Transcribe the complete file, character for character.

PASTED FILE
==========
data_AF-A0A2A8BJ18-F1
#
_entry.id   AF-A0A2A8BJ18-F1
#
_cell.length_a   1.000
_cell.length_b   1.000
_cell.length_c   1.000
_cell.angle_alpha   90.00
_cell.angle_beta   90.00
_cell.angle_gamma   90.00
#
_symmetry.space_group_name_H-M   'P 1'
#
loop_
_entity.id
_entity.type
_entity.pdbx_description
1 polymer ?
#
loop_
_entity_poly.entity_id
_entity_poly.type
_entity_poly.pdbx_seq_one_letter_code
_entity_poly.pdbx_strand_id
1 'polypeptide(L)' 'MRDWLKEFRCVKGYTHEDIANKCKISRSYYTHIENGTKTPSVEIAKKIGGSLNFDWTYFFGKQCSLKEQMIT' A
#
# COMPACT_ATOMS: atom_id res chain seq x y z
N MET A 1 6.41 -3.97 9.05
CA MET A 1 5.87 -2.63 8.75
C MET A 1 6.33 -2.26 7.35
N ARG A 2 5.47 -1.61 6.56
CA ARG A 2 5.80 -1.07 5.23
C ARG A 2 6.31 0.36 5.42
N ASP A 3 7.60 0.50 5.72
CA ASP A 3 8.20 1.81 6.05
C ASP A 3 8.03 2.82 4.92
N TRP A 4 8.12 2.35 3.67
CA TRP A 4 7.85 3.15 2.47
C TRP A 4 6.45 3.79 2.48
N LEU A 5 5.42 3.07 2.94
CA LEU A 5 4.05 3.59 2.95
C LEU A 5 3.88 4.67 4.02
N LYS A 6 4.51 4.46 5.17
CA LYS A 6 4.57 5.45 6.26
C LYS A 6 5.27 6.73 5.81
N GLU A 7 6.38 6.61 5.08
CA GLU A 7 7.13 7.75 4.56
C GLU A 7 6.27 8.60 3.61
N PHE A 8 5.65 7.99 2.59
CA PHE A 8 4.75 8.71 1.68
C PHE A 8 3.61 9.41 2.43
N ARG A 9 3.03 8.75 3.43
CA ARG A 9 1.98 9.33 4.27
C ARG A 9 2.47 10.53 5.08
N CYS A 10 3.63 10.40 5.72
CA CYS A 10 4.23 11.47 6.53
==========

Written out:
data_AF-A0A2A8BJ18-F1
#
_entry.id   AF-A0A2A8BJ18-F1
#
_cell.length_a   1.000
_cell.length_b   1.000
_cell.length_c   1.000
_cell.angle_alpha   90.00
_cell.angle_beta   90.00
_cell.angle_gamma   90.00
#
_symmetry.space_group_name_H-M   'P 1'
#
loop_
_entity.id
_entity.type
_entity.pdbx_description
1 polymer ?
#
loop_
_entity_poly.entity_id
_entity_poly.type
_entity_poly.pdbx_seq_one_letter_code
_entity_poly.pdbx_strand_id
1 'polypeptide(L)' 'MRDWLKEFRCVKGYTHEDIANKCKISRSYYTHIENGTKTPSVEIAKKIGGSLNFDWTYFFGKQCSLKEQMIT' A
#
# COMPACT_ATOMS: atom_id res chain seq x y z
N MET A 1 6.41 -3.97 9.05
CA MET A 1 5.87 -2.63 8.75
C MET A 1 6.33 -2.26 7.35
N ARG A 2 5.47 -1.61 6.56
CA ARG A 2 5.80 -1.07 5.23
C ARG A 2 6.31 0.36 5.42
N ASP A 3 7.60 0.50 5.72
CA ASP A 3 8.20 1.81 6.05
C ASP A 3 8.03 2.82 4.92
N TRP A 4 8.12 2.35 3.67
CA TRP A 4 7.85 3.15 2.47
C TRP A 4 6.45 3.79 2.48
N LEU A 5 5.42 3.07 2.94
CA LEU A 5 4.05 3.59 2.95
C LEU A 5 3.88 4.67 4.02
N LYS A 6 4.51 4.46 5.17
CA LYS A 6 4.57 5.45 6.26
C LYS A 6 5.27 6.73 5.81
N GLU A 7 6.38 6.61 5.08
CA GLU A 7 7.13 7.75 4.56
C GLU A 7 6.27 8.60 3.61
N PHE A 8 5.65 7.99 2.59
CA PHE A 8 4.75 8.71 1.68
C PHE A 8 3.61 9.41 2.43
N ARG A 9 3.03 8.75 3.43
CA ARG A 9 1.98 9.33 4.27
C ARG A 9 2.47 10.53 5.08
N CYS A 10 3.63 10.40 5.72
CA CYS A 10 4.23 11.47 6.53